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Atmos Energy sees operating costs rise as it deploys safety technology

Atmos Energy Corp. said its operating expenses are on the rise as the company deploys new safety technology to parts of its natural gas distribution system, driving up the cost of analyzing a flood of data.

The Dallas-based gas utility saw operating and maintenance costs rise nearly 5% in the first nine months of its fiscal year, with the $20.6 million increase in O&M costs offsetting a "modest increase" in contribution margin. The company chalked up the increased costs to higher pipeline maintenance, steeper employee and training costs and software licensing fees.

Drilling down into the numbers during an Aug. 8 conference call, Atmos executives highlighted the role of new leak detection technology and opportunistic maintenance on O&M expenses. While automobile-mounted advanced mobile leak detection helps Atmos identify and mitigate gas leaks, it has also contributed to the company's annual O&M inflation rising above its target of 2.5% to 3.5%.

"This technology is 1,000 times more sensitive than traditional survey technology. Therefore, we are finding more potential leak indication, which drives the need to hire or contract people to evaluate and assess these indications," Atmos CFO Christopher Forsythe said.

In addition to the challenge of processing the sheer bulk of information gathered through the leak detection technology, known as Cavity Ring-Down Spectroscopy, Forsythe noted that because the tech is new to Atmos, it requires "a little bit more assessment" to process the data.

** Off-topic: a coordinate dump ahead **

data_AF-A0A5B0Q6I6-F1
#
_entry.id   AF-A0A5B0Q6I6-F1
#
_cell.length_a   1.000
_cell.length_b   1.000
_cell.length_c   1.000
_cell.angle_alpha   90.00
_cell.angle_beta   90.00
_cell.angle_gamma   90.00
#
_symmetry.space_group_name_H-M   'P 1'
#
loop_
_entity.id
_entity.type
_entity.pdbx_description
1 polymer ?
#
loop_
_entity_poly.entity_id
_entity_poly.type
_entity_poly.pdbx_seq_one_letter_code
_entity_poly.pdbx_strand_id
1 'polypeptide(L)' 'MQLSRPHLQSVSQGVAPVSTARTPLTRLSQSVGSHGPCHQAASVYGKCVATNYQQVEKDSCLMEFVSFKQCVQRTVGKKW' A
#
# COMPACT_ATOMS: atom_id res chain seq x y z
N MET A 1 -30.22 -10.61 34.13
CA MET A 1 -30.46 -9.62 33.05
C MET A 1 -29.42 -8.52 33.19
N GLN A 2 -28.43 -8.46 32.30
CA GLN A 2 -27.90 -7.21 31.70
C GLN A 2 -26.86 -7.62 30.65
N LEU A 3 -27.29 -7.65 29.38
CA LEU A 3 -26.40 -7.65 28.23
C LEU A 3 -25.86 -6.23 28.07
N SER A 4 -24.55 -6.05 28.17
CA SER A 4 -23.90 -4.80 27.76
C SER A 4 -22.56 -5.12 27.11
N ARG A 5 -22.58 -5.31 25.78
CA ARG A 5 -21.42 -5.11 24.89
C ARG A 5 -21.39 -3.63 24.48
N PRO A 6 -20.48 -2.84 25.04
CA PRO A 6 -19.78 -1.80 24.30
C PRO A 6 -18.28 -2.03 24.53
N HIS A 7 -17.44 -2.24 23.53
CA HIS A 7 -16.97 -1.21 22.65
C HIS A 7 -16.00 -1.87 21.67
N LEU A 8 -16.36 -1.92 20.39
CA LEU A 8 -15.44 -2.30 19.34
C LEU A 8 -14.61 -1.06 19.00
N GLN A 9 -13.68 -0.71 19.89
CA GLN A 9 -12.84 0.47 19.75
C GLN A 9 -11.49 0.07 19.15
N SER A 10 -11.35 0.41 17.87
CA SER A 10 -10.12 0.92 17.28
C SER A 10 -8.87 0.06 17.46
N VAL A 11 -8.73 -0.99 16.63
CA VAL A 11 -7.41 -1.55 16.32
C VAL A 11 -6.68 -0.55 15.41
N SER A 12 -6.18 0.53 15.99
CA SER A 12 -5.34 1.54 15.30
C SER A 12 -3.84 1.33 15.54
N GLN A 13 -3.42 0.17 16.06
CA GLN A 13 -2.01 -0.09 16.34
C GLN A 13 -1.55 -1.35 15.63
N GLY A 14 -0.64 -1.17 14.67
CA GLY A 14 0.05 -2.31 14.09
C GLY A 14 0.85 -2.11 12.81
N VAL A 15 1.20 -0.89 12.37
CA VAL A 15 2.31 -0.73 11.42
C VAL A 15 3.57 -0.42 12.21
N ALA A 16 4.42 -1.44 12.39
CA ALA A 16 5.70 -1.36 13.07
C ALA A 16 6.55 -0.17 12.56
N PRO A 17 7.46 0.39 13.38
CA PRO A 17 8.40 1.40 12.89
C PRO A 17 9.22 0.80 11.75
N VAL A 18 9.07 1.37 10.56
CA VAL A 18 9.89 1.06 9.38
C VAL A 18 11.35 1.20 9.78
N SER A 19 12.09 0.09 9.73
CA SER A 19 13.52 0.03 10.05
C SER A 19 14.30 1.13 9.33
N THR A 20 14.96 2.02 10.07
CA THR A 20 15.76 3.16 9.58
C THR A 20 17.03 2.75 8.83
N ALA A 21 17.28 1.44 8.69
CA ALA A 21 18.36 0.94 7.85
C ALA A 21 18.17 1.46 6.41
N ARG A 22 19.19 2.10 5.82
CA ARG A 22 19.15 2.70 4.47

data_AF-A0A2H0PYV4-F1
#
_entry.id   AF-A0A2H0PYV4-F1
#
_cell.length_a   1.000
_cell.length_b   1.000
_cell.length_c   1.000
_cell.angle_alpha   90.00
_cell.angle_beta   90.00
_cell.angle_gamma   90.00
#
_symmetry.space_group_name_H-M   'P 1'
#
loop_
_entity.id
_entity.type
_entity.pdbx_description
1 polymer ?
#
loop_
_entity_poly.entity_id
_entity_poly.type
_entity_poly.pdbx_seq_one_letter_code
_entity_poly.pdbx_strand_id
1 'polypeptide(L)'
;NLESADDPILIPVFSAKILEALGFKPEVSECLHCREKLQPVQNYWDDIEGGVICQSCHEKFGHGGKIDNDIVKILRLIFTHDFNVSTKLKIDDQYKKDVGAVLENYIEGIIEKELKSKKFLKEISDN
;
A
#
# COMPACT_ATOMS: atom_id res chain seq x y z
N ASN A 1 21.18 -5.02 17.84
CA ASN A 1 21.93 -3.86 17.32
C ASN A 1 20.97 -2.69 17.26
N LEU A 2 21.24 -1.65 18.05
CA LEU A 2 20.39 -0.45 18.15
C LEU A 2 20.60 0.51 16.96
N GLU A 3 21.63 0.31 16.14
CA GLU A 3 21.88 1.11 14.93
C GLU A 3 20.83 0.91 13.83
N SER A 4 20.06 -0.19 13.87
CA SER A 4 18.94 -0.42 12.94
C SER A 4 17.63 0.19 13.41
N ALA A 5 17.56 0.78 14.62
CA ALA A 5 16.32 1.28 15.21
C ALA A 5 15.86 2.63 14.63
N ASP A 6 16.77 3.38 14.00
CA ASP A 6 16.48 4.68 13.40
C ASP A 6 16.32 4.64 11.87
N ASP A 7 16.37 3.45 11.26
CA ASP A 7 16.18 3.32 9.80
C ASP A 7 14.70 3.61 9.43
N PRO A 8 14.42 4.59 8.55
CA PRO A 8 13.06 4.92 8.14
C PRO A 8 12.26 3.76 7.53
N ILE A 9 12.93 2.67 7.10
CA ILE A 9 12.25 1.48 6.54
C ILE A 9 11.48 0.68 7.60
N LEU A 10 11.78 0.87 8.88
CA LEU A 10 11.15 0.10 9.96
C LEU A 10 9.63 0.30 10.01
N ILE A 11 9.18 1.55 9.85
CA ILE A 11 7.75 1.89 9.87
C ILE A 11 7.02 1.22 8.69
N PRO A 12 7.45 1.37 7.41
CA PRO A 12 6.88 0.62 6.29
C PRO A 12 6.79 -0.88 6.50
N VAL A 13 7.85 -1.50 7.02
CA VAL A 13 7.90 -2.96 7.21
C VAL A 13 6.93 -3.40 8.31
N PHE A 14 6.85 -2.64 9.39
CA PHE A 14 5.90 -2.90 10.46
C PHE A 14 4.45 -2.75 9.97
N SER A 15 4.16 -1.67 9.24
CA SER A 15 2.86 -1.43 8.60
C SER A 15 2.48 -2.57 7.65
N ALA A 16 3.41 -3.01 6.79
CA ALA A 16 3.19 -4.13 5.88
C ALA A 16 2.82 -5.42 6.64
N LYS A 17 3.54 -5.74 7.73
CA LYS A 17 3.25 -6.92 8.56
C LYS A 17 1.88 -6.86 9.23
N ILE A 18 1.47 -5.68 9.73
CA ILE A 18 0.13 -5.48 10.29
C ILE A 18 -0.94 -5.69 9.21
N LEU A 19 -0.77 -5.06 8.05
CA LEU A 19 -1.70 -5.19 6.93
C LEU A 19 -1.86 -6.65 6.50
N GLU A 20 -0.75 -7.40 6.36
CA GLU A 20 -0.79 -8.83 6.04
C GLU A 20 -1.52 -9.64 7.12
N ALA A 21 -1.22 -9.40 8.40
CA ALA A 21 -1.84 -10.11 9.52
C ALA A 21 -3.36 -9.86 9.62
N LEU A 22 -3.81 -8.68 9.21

"A lot of that work is O&M, but over time we expect as we gain proficiency that should come back into line with the 2.5% to 3.5% guidelines that we established for the five-year plan last fall," he said, adding that the company expects to roll forward that guidance in 2024.

Atmos now deploys about a dozen leak detection units in Texas and also has one unit each in Louisiana and Mississippi, said Executive Vice President Kevin Akers, who was named incoming CEO on Aug. 7. Atmos plans to roll out additional units in West Texas during its next fiscal year. According to Forsythe, productivity among Atmos crews performing the work has improved lately.

The company is also taking advantage of rising margins to "take risk off the table" by beefing up its schedule of preventive maintenance, Forsythe said.

"That's in-line inspection, that's right-of-way maintenance, that's low-pressure system assessments — anything we can do to reduce risk in the current period that will benefit for future periods," he said. "So that's the type of work that you're seeing in the O&M line item. And we'll just continue to manage that going forward as needs arise and as opportunities arise as well."

Following a deadly 2018 explosion in Dallas, Atmos announced it would ramp up spending on pipe replacement to $9 billion to $10 billion over the next five years, compared with $9 billion during the previous decade.

Atmos reported fiscal third-quarter net income of $80.5 million, an increase from $71.2 million in the year-ago period. Earnings per share of 68 cents were in line with the S&P Global Market Intelligence consensus normalized EPS estimate.

Shares of Atmos were trading about 1% higher above $109 following the conference call.